OK, the headline is a slight exaggeration. World War II is over, and the U.S. and the U.K. won. We all know that.
But now, it looks like Britain is voluntarily surrendering all the power it has in Europe in favor of Germany, while the U.S., despite the "special relationship" that the U.K. claims to have with Washington, DC, can do nothing but watch in horror as events unfold. This could have serious consequences for U.S. investors.
The threat of a "Brexit", as the potential exit of Britain from the European Union is known, now looms large, with the latest polls showing the U.K. population equally split whereas before a majority was in favor of staying in the EU.
U.K. Prime Minister David Cameron is in Brussels for talks about renegotiating some of the conditions for staying in the EU, but as he is asking for permission to discriminate against other EU citizens in labor markets, his demands are likely to be rejected.
A quick parenthesis. If you think American investors will not be too affected by this tedious European saga, take a look at the chart below:
Source: U.K.'s Office for National Statistics
More than 50% of the stocks quoted on the London Stock Exchange in terms of value belong to foreign investors; around 46% of that is owned by investors from North America, who have amassed stocks worth around 424.4 billion pounds ($636.6 billion). Europeans come a far second, holding just 26% of the value of the stocks listed on the London Stock Exchange.
So, U.S. investors must prepare for the very real threat of a Brexit, and the first step to do that is trying to understand who the winners and losers might be.
The main winner will be Germany (hence the headline). For a long time, Frankfurt has wanted some of London's power as a financial hub.
U.S. investors seeking exposure to Europe have traditionally done so via the London Stock Exchange, where lots of European companies are listed, rather than going through Frankfurt or Paris or Amsterdam stock exchanges. Equally, U.S. investment banks have established London as their main European headquarters.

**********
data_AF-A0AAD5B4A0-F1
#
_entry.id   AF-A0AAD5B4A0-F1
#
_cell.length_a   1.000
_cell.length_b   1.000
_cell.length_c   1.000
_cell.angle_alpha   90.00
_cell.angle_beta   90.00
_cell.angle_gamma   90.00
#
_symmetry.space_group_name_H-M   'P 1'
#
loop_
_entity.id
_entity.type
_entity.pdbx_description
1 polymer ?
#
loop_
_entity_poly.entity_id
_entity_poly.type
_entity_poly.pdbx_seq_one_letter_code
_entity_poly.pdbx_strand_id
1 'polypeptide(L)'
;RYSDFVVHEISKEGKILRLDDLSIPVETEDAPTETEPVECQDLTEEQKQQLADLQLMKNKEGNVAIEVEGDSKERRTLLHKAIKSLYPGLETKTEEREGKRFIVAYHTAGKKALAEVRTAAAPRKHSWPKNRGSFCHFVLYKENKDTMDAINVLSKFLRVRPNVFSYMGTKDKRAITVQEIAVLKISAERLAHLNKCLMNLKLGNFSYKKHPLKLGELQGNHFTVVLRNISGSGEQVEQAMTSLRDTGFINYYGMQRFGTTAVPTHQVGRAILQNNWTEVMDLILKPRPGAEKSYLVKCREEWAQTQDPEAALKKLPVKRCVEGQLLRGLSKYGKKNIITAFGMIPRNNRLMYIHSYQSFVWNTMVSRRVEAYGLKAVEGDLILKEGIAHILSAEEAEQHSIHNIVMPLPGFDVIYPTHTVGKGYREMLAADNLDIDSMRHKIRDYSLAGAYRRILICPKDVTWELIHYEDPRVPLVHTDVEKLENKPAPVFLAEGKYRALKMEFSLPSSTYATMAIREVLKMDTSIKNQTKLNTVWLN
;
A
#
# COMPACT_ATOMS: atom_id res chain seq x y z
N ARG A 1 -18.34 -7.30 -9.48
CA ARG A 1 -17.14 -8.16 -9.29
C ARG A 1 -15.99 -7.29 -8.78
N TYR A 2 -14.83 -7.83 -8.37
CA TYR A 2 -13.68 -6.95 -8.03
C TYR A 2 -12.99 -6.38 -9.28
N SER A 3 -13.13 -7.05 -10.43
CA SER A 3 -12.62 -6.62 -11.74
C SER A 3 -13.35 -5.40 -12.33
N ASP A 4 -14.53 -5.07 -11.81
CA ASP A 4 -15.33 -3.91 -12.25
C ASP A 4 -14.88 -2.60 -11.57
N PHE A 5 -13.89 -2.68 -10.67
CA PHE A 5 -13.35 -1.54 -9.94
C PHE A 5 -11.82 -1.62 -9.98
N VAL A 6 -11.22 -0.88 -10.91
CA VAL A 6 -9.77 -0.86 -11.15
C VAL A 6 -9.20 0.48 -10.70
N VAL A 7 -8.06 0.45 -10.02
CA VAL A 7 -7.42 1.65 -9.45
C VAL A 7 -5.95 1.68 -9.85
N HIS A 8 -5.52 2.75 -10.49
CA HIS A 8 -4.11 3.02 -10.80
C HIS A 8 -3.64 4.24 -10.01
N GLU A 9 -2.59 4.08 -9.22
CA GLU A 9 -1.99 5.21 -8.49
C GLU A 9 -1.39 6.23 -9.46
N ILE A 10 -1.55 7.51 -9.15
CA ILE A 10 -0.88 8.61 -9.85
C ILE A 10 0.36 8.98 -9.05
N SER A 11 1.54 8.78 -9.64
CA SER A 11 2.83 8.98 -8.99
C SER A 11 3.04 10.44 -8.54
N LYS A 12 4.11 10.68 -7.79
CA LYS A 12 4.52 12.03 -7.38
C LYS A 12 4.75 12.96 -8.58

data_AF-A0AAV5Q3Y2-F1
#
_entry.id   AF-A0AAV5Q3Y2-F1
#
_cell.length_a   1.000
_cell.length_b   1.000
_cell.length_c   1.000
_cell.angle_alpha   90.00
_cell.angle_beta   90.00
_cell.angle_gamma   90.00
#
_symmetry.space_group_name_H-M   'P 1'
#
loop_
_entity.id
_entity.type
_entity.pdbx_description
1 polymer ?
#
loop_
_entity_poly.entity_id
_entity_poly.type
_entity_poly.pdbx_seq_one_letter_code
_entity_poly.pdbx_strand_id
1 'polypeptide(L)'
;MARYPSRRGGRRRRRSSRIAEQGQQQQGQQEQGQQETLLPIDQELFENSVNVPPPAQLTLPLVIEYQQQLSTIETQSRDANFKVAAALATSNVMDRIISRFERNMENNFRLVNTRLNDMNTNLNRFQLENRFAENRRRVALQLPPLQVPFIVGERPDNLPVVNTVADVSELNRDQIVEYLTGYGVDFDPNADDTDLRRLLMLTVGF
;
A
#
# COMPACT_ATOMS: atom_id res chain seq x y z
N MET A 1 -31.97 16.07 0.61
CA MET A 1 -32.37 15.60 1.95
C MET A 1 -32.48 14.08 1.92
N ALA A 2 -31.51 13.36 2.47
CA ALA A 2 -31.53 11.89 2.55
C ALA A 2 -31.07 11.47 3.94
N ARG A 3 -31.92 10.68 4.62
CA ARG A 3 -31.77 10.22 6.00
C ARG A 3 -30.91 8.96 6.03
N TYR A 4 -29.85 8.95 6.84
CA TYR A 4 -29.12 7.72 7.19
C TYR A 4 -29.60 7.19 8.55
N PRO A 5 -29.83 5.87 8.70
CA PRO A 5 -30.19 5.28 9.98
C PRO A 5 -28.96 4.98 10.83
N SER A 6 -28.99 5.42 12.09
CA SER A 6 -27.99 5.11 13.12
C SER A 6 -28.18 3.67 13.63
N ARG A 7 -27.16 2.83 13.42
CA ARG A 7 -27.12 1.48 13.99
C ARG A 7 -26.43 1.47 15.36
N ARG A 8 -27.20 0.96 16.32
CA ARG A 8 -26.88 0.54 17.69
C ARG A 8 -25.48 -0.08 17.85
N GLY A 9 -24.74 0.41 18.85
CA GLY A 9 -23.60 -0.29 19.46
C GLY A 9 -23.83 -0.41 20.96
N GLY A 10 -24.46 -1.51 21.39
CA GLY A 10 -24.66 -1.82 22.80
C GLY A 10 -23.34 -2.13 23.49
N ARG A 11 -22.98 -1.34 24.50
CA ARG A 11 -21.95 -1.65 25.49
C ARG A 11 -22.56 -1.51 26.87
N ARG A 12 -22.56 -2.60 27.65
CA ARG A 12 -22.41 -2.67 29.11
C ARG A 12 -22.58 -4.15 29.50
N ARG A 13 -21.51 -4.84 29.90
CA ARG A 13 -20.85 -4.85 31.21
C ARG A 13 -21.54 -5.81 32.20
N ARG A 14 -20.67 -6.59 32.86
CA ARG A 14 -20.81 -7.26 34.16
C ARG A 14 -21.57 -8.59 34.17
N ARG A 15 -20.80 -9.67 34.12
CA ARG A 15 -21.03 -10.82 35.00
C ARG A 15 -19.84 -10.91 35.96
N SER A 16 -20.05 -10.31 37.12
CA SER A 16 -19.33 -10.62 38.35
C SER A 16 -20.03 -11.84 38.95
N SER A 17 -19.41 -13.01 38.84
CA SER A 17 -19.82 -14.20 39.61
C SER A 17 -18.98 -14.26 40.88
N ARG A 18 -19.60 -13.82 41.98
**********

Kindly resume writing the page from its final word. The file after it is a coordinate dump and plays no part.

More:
Goldman Sachs (GS) is the most prominent U.S. investment bank to have warned against a Brexit so far. It said earlier this year that if Britain chooses to leave, it won't close its London operations completely but it would certainly shift more resources into Frankfurt, where the European Central Bank (ECB) is based.
JPMorgan (JPM) did not say anything officially, but there have been reports in the U.K. press that it was in talks to relocate part of its U.K. business to Luxembourg, and that so was Europe's biggest bank, HSBC (HSBC).
It's not just that regulations would begin to diverge between London and the EU if the U.K. leaves. In the spring, London won a landmark ruling in the European Court of Justice to allow big euro-denominated transactions to still be cleared in London, despite a decision by the ECB that they should only go through clearing houses based in countries that are in the eurozone.
The British argument was that the ECB rule, dating back to 2011 and disputed by London since then, went against the EU's principles of free movement of goods, people, services and capital. However, if the U.K. leaves the EU, that argument is no longer valid and the euro-denominated transactions would have to move out of London into an EU hub, most probably Frankfurt.
The losers are likely to be U.K. stocks and, more generally, London as a financial center. As a Brexit referendum approaches, investors should keep that in mind.